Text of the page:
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70,000 People Await Opening

70,000 People Await Opening

Submitted by: Bob Chada

© Guthrie Register-News, Sunday, April 17, 1955

70,000 People Await Opening of Oklahoma Territory in 1889
Never before and probably never in the future will the world witness such a stirring drama as the opening of the Oklahoma country on April 22, 1889, when nearly 70,000 people swept into the area known as the Unassigned Lands and set up an empire within the short space of 12 hours.
Troughout the centuries new territory has been acquired by treaty, sale or seisure, but the population was there, having already founded its civilization.
In other lands colonization was slow, taking many years before there were enough people to set up and conduct a government.

Self-Reliant People

But in Oklahoma territory it was different because thousands of land hungry home-seekers were eager to plant their feet on the fertile acres of this section and being intelligent, self-reliant people, stable government and other essential to modern living were to follow in short order.
So, at noon on April 22, 1889, shots from army revolvers and rifles sent a ready-made empire on horse-back, on foot, in buggies and wagons scurrying across the broad prairies on that hot late spring day to the promised land of which Guthrie later was to become the focal point.
Hundreds of home seekers crowded trains in cities bordering the Unassigned Lands to the north for their plung into the new country with the first train rolling into Guthrie about 1 o'clock afternoon.

Hurried to Land Office

Scores jumped off of the train long before it rolled to a stop at the Santa Fe depot and started frantically to search for sites and hurried to the land office to file their claims with government officials.
With the incoming trains letting off hundreds, and arrival of the first of the land-seekers making the run from the north on horseback and buggy, Guthrie was indeed the center of a seething, turbulent mob.
In the center of the city of tents, the frame building on the government acre, the land office loomed large in the eyes of the people because it was here that the oracle of fate was to label many thousands as winners or loosers in their search for property and homes in the new empire.
Many clerks in the land office, guarded by deputy United States marshals, were wearily persuing files and protests of claims as night fell on the great mass of people.

"Sooners" Were Present

Earlier in the day, it had been a grand rush with people jumping, jostling, pushing, pulling, climbing out of windows of the incoming trains to rush pell mell up the hill toward the land office. Some stopped here and there to stake a lot while others went on over the first hill down the hollow and up the second hill in the mad scramble.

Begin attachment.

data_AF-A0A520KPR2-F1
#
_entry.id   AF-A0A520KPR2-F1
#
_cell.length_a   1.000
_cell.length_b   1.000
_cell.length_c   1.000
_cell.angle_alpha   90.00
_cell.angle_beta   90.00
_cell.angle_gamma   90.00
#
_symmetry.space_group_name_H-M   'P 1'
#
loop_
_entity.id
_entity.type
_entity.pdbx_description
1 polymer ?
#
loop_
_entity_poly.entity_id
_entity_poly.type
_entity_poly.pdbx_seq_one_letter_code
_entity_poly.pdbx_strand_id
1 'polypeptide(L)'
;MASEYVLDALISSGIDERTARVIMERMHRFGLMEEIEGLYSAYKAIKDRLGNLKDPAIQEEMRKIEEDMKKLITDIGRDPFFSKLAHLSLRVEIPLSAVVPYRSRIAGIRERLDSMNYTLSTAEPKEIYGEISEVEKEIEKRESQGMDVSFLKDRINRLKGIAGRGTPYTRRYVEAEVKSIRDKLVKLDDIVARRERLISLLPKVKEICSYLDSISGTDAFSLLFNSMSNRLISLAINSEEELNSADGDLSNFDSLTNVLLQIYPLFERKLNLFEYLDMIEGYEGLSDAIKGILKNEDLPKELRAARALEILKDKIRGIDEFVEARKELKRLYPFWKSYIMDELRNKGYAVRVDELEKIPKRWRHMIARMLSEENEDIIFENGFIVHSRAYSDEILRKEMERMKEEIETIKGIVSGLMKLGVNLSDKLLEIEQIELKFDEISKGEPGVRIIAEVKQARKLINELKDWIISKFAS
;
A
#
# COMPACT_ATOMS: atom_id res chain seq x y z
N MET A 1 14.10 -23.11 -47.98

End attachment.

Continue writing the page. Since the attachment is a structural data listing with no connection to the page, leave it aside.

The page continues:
One of the great disappointments of the hordes of people making the run, according to the regulations set up by the government, was the presence of hundreds of "sooners" in Guthrie, camping on what they thought were the choice lots of the new city.
At one munite past 12 o'clock a bunch from Kansas filed their ownership plat and the Arkansas crowd followed a few minutes later.
As the honest home-seekers crowded into the city on that eventful day, these hundred that "had jumped the gun" stood fast on their chosen lots, attemping to look virtuous.

15,000 Assembled Here

Many of these "sooners" had moved into the city on Sunday in attempt to find suitable lots, and during the ensuing years many disputes arose because of this condition.
On the first night, 15,000 people crowed together on the half section of land alloted for the townsite.
They slept in tents while others wrapped themselves in blankets and sprawled wearily on the ground. Many went to sleep hungry, but with a feeling of contentment in having made the first advances toward a home.
When the settlers came into the Unassigned Lands on April 22 sixty-six years ago, there were no more territories to settle.
With the settlement of Oklahoma the mighty tide of immigration had reached its ebb. If a critical person were searching for something that might parallel the opening of Oklahoma territory, he might cite the rush into Kansas.

From Every State

But the rush to Kansas was the result of a dominant idea. There was no sentiment in the settlement of Oklahoma.
Men came from every state in the Union for homes and to build a strong, strudy and cosmopolitan civilization that in its results has probably surpassed that of any other state.
These pioneers came as brothers although they carried the trusty pistol and rifle to be used in case of emergency.
During the few years to follow that first day fifty years ago these sturdy people demonstrated a greater love for law and order, peace and tranquility than any other 70,000 people in any of the states or territories.
And they kept this unequalled measure of civilization, although a year passed before a hesitant congress gave this brave and high-minded pioneers a set of laws by which to govern themselves.
During the months to follow, frame and stone building quickly were built to house the commercial and governmental institutions and throughout the hills and valleys frame dwelling houses were constructed.
The intersection of Oklahoma-av and Second-st became the commercial center of Guthrie and for many years the business life was concentrated on this corner.
The government acre, housing the land office, first was packed solidly with tents of attorneys and small business ventures but was eventually cleared and became the assembly place or public forum where people met to discuss public matters.

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Updated: Wednesday, 06-Aug-2008 22:04:41 CDT

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